“Table or booth?” has to be one of life’s fundamental questions. Consider the option carefully, for there are also fundamental differences represented by your choice. It’s not quite like Fords and Chevys or Lutherans and Catholics. But people dining out come to a restaurant for different reasons. Hunger, however, isn’t necessarily the determining factor.
Those seated at tables are there primarily to eat; to satisfy the body’s need for fuel. Groups of four or fewer seated at a “four-top” will dutifully place their order, eat and leave. Different numbers–five or more–are placed there of necessity by grouping four- and two-tops in tendem. Variations on this depend 1) whether it’s a busload of the women’s basketball team passing through on the way to Omaha, or 2) if it’s a Chinese buffet. Booths are another matter altogether.
In the secular world, a restaurant booth may be the closest kin to the confessional, that agonizingly intimate space for what Catholics now call “reconciliation”. How can a space be at once so small and yet so cavernously empty?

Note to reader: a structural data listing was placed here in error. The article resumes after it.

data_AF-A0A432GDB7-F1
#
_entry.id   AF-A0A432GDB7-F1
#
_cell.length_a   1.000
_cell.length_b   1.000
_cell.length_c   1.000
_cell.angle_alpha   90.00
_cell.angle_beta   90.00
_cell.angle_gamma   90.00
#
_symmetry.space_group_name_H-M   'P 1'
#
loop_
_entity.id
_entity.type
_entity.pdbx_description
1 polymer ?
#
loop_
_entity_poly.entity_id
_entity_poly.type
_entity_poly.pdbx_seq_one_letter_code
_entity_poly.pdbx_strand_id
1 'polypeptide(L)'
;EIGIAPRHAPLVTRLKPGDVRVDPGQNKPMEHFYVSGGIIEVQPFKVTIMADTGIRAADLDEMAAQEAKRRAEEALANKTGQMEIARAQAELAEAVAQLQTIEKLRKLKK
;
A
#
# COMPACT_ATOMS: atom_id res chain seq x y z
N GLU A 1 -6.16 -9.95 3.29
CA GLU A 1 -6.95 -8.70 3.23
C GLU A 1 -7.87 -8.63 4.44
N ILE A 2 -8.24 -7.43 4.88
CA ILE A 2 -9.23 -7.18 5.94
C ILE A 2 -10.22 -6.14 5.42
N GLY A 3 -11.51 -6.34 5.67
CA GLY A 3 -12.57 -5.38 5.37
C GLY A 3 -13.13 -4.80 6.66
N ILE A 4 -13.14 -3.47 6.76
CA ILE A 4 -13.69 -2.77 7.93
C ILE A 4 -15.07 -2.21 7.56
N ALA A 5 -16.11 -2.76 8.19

Then consider the restaurant booth, the epitome of what Germans call “Gemütlichkeit”.
Food consumed in a booth is, in most cases and again in an almost religious sense, merely the excuse to be alone together with three other people for communion–in every sense of the word. Howard’s friend Gabi waits tables at Adam’s Restaurant in Agincourt and has much to share as an observer of the human condition, especially as it’s manifest in restaurant booths.
“A few figs from thistles…”
by Howard A. Tabor
Table or booth?